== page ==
The Pum Prasat home is situated in Northern Siem Reap away from the tourist influence of the city.Although Siem Reap is home to the ruins of Angkor Wat, Cambodia’s best preserved temple in the entire region and one of the world’s seventh ancient wonders, conveniences such as electricity, motorized vehicles and running water are almost unheard of around the Pum Prasat village.
When our team arrived at this home to collect data on all the orphans for the fist time, it was immediately obvious just how sheltered the people of this village have been from the rest of the world. The children in the home ran to touch the vehicle because they had never seen anything like it before.
In 1979, the province was the scene of heavy fighting between the Khmer Rouge and the Vietnamese army. Since the demise of the Khmer Rouge, life returned to normal and farmers began to work again; transporting goods in oxcarts. Village women cycle to the markets, monks rove from home to home, and kids seen on the backs of water buffalos are the ever present norm for this community.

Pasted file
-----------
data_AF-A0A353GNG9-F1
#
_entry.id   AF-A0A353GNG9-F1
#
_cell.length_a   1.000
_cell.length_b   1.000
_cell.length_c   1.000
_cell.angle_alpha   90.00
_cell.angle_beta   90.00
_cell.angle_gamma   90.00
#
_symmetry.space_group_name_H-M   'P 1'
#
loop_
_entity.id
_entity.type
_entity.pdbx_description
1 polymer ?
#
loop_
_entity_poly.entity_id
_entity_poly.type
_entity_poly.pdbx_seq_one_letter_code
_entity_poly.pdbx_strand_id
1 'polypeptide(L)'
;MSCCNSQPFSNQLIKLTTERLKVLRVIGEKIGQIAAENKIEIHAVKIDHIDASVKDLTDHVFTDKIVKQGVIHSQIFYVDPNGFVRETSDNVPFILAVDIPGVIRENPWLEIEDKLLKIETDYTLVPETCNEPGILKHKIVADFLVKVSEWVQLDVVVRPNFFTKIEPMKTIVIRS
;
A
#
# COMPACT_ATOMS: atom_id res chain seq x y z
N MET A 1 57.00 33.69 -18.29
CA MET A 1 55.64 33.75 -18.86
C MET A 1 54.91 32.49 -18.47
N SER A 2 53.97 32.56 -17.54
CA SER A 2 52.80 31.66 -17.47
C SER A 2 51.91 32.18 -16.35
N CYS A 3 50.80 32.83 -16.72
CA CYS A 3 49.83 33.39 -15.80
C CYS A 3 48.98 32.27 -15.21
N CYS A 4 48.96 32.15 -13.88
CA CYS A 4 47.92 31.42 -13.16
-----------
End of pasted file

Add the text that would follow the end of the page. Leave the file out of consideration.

Most of the children that make this Church their home were orphaned due to diseases like malaria and TB. Their morning routine consists of devotions and prayer time. Afterward they enjoy breakfast together before making their way to the local community school. Many of the children attend classes in the morning while others go in the afternoon. All the children participate in taking care of their home, garden and animals. Aside from their normal studies, there is also an English teacher in the home that tutors them in both English and Khmer languages. Children return home for lunch between 11:00 and 1:30pm. Before dinner, many will play soccer or other traditional games. They finish the day with evening worship and devotions before going to sleep.